- Responding to interrupts
- Dealing with different processor interrupt request levels
- Being able to use non-paged memory opposed to all memory being paged. This is not just a matter of ability but is sometimes a requirement
Most importantly any crash in kernel mode drivers is as fatal as a crash in the core kernel.
So going back to where we started, when you hear someone talking about kernel changing or not changing now it should be clear why that discussion doesn't make much sense. First of all, what do you mean by kernel?
With every OS release there are definitely some changes to what can be defined as kernel at any level.
- OS vendors ship new drivers all the time (like the reFS file system driver that shipped with Windows Server 2012)
- They extend existing drivers all the time (e.q TCP driver adding support for IPv6)
- There are new APIs added to executive level components such as I/O manager, object manager
- Even core kernels change with every release, sometimes in big ways sometimes in small ways. For example Microsoft made the dispatcher lock more granular in Windows7 which resulted in a better multi processor support with less lock contention
My impression is when people see that their existing drivers don't work in a new release of the OS they think the kernel has changed. Most of the time this is simply because of a breaking change in a kernel mode API, most likely in the I/O manager as kernel drivers interact with it extensively. This tells very little about the over all changes made in the kernel mode components.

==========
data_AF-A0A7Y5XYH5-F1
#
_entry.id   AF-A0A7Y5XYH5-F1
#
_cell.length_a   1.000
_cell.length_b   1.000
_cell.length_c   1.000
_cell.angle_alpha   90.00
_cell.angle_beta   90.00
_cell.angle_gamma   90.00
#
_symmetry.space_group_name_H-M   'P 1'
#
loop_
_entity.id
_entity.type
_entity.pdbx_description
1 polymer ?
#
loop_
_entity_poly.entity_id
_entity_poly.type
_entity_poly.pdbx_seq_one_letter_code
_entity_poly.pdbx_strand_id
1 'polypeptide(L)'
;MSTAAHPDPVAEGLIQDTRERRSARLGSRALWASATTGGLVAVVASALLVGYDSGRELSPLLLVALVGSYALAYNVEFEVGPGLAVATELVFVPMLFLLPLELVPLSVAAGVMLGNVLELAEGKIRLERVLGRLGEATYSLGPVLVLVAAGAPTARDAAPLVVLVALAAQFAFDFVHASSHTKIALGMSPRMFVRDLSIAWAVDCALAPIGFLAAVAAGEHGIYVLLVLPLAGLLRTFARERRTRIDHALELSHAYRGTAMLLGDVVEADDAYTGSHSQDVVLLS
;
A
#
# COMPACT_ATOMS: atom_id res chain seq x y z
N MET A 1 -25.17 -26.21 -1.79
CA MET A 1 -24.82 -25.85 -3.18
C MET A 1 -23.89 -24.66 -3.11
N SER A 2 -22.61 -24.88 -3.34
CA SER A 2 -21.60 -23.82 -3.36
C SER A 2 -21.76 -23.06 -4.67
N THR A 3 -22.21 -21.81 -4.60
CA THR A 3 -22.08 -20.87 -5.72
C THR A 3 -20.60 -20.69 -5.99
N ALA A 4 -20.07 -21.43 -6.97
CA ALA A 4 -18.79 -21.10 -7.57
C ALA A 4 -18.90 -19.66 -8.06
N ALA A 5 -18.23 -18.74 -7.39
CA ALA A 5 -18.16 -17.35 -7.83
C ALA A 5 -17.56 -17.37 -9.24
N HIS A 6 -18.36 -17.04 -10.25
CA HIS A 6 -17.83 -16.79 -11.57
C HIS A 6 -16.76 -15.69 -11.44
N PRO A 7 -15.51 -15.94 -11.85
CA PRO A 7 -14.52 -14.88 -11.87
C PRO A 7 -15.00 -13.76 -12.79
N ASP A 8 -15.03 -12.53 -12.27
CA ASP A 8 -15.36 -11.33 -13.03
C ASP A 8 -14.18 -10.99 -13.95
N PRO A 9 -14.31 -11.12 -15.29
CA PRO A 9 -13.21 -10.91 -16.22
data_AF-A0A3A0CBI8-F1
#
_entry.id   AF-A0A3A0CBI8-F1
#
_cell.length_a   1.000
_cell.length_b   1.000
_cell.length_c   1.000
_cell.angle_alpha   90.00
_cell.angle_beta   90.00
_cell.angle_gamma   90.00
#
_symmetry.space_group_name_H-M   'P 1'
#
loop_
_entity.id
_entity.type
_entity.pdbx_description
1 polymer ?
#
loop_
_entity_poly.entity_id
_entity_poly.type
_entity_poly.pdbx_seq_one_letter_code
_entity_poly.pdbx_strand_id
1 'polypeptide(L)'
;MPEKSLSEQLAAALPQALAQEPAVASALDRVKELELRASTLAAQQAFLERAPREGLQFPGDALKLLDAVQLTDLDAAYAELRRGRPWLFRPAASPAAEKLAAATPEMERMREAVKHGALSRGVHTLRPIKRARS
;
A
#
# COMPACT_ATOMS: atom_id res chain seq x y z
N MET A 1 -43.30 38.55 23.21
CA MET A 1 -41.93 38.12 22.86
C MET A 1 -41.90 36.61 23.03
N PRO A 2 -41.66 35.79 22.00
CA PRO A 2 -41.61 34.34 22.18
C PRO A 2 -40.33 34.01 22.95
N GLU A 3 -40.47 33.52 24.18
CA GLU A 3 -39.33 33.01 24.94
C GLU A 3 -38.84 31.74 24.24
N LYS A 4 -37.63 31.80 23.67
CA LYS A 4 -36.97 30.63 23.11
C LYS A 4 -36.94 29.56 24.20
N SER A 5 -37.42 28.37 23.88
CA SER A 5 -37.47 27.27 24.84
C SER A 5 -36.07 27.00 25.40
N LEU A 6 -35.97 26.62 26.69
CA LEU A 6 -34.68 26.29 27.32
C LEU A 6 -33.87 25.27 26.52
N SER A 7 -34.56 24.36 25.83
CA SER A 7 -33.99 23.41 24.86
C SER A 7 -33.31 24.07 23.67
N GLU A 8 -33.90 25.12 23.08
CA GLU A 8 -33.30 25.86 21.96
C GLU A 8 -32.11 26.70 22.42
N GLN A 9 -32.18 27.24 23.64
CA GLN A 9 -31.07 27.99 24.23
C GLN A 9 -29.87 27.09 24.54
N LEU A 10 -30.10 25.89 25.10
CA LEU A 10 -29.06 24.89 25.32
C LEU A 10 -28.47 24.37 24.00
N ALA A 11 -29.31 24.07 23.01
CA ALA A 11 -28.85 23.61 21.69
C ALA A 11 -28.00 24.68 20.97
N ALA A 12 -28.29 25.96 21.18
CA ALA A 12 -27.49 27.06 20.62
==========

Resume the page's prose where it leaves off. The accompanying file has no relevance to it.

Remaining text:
Appendix - Windows 98 to Windows 8
This one is really funny. Windows 98 and Windows 8 don't even belong to the same family of OSes.
Until Windows XP Microsoft built two different families of OSes, Windows and Windows NT. Windows was a descendant of DOS and it was an inferior OS in many ways. However Windows NT was an OS designed by David Cutler later in Microsoft and it was a much modern and robust architecture compared to Windows. These two OSes coexisted until 2000. Following Windows 95 and Windows 98, the Windows line had its final release in Windows ME. Following the Windows NT 4.0, Windows 2000, Windows XP line Windows NT is still alive and the latest release has been Windows 8.1 in 2013.
So saying Windows had the same kernel since Windows 98 until Windows 8 doesn't make any sense.